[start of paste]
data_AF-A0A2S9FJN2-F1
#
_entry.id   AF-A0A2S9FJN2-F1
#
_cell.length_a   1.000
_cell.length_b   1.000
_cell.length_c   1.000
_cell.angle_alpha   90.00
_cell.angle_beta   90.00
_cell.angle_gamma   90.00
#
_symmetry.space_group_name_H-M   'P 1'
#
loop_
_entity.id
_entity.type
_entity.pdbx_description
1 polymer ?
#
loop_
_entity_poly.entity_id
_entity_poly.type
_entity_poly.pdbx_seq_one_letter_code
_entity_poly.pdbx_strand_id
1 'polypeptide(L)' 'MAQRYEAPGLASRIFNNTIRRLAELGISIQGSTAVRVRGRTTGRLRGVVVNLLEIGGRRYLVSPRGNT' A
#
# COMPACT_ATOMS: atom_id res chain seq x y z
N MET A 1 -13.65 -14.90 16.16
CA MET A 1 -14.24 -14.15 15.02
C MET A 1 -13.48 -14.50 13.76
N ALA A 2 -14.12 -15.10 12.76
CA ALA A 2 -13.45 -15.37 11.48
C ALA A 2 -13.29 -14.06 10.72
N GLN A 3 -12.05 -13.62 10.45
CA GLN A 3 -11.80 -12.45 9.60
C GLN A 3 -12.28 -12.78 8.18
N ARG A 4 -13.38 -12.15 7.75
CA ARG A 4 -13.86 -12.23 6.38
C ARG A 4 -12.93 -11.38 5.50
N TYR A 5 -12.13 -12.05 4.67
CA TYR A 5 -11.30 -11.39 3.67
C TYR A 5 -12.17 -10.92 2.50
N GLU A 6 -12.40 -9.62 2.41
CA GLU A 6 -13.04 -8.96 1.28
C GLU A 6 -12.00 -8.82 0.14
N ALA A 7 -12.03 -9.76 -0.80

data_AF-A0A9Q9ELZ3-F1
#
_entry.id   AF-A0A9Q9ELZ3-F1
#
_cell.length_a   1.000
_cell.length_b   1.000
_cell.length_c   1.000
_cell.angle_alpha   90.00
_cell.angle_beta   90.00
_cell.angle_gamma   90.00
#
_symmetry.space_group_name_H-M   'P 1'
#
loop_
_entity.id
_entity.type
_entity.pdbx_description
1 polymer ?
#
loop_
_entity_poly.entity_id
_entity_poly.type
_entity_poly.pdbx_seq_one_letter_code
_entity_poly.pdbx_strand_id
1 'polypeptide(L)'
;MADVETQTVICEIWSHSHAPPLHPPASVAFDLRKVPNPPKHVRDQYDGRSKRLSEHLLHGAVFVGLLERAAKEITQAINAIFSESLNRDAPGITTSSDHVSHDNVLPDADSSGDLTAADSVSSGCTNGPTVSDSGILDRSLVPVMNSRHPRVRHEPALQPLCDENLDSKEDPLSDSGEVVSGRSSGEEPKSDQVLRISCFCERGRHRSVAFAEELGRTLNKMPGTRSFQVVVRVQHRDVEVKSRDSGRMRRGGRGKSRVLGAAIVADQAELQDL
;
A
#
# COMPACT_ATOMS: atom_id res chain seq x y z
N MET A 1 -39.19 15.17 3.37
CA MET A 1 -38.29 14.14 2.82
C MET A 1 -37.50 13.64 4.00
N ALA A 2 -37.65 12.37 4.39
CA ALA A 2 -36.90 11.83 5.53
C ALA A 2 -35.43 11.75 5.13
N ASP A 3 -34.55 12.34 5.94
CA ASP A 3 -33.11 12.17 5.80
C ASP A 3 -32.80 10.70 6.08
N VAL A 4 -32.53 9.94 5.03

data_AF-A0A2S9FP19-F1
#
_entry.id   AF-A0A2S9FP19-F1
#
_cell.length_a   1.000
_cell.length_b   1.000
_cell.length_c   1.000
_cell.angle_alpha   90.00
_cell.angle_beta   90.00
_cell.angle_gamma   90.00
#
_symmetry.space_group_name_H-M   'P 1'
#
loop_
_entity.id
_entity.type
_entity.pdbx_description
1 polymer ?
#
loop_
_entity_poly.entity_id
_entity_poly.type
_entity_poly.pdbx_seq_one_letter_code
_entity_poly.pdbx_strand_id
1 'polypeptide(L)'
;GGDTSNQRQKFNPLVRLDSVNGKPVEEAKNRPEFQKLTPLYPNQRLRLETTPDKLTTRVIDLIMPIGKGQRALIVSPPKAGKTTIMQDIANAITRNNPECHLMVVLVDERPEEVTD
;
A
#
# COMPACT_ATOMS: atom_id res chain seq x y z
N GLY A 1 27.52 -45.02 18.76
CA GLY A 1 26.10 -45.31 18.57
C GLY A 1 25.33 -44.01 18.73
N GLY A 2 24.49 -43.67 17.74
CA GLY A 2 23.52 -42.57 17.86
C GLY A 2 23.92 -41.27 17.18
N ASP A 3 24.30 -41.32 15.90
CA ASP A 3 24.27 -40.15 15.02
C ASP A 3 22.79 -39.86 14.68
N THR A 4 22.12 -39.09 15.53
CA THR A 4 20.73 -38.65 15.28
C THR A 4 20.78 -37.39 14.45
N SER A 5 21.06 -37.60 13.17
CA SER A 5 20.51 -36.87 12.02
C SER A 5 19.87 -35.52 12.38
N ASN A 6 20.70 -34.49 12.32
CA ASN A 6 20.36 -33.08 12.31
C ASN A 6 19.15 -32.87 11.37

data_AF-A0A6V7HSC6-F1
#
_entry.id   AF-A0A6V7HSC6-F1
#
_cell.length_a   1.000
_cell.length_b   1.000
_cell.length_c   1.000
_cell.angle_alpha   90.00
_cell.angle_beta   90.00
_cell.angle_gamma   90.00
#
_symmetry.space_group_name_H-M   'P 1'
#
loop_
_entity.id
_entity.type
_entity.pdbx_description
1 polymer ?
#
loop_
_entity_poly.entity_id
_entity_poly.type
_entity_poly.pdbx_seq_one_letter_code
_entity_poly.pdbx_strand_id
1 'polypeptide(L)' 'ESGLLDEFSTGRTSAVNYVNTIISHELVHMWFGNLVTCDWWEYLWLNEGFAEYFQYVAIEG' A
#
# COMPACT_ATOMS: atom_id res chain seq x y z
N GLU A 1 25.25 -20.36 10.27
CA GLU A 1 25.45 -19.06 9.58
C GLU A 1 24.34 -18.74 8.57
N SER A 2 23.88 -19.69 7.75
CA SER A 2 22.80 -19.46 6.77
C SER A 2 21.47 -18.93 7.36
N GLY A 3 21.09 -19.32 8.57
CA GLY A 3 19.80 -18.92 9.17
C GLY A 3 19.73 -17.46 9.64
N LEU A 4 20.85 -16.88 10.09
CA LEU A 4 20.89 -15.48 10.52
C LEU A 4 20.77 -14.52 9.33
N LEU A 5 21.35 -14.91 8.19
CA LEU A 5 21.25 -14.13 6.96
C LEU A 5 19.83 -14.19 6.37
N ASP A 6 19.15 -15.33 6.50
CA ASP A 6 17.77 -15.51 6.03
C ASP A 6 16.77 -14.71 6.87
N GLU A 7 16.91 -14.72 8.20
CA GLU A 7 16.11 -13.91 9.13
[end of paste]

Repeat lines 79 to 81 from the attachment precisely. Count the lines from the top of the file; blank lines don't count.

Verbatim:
C MET A 1 -37.50 13.64 4.00
N ALA A 2 -37.65 12.37 4.39
CA ALA A 2 -36.90 11.83 5.53